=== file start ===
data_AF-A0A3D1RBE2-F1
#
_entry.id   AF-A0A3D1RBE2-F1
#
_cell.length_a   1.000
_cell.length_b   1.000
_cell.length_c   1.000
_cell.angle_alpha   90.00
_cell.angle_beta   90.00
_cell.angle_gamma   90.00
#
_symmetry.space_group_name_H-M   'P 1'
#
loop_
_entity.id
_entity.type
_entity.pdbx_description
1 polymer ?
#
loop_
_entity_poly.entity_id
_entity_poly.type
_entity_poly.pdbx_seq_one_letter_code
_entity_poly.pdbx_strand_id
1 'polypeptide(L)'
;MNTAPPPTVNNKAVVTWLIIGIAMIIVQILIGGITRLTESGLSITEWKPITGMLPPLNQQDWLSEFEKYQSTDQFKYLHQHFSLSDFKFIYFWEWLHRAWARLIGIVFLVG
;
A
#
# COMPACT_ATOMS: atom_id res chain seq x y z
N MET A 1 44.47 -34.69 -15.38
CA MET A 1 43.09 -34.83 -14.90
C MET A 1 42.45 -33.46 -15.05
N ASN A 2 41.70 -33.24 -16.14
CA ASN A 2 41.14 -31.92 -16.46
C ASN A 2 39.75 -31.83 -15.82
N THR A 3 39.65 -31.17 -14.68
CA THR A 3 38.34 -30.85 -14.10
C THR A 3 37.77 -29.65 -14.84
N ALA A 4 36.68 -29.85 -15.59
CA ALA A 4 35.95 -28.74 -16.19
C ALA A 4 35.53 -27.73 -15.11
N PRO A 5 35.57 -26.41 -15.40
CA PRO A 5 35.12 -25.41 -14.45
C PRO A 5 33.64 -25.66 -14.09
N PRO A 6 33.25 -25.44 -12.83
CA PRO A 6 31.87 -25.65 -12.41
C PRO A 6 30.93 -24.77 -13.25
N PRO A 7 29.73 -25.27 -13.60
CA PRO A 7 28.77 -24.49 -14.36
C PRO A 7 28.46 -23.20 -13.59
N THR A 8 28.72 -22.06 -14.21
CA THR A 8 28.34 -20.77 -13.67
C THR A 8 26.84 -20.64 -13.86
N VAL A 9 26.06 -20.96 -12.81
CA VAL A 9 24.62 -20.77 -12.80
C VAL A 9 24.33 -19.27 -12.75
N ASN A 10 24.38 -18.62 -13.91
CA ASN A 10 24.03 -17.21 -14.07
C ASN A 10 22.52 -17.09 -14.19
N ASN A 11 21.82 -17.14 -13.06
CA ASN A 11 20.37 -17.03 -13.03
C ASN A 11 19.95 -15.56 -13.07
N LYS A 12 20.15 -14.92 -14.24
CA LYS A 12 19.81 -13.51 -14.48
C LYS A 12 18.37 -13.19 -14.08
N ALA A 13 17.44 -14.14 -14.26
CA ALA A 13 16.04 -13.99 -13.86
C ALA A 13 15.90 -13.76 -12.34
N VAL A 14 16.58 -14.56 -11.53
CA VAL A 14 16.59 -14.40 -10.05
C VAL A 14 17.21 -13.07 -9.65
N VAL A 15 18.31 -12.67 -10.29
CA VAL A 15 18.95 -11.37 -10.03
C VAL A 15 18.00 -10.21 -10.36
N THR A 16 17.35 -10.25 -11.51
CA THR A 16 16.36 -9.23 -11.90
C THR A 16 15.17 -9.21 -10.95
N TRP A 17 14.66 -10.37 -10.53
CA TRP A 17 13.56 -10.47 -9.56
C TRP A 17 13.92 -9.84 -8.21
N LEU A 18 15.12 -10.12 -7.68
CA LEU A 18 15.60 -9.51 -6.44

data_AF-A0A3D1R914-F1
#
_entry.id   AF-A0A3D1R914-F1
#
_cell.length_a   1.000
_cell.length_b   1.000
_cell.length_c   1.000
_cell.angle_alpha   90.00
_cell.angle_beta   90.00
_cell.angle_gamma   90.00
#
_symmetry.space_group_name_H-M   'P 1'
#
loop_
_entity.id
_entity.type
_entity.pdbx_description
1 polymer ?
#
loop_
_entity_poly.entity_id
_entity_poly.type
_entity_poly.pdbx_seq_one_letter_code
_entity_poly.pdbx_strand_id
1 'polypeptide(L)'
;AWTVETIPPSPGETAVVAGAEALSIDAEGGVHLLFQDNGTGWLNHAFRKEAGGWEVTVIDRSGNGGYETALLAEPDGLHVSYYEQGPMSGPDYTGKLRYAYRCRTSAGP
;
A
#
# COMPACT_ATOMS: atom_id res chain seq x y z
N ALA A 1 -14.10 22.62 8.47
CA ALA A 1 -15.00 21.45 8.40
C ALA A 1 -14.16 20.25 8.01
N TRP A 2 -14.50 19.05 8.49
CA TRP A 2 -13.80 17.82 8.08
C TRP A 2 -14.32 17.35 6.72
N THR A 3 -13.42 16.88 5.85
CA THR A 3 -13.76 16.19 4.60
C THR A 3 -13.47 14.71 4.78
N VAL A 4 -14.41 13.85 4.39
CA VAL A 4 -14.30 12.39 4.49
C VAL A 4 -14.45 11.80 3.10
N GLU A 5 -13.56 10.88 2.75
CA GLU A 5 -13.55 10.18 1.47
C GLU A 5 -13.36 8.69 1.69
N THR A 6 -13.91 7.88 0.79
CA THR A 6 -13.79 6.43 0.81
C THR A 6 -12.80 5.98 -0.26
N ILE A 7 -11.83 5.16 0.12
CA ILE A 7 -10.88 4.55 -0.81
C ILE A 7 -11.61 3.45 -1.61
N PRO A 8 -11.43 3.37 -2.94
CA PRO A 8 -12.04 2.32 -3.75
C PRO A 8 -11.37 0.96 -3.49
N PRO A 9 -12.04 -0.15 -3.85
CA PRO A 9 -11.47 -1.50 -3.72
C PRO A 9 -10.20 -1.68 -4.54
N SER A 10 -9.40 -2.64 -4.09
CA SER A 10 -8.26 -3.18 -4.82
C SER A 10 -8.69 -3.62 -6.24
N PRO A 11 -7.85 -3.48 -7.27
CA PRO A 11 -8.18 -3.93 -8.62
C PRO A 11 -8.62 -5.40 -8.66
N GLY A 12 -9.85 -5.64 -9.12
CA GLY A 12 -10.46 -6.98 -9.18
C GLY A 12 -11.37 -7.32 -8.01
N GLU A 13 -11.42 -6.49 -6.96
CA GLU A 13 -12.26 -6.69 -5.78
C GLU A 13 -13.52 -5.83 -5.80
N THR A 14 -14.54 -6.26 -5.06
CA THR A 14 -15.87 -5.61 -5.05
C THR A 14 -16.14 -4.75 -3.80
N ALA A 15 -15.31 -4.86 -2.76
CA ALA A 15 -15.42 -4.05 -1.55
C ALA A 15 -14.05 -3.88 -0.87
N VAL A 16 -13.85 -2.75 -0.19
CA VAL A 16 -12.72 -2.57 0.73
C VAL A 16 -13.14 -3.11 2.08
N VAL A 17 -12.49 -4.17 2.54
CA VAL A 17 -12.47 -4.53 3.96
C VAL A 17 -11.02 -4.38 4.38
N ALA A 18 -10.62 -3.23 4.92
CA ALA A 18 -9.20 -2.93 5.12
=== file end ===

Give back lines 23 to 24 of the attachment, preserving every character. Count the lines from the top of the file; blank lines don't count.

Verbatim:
_entity_poly.pdbx_seq_one_letter_code
_entity_poly.pdbx_strand_id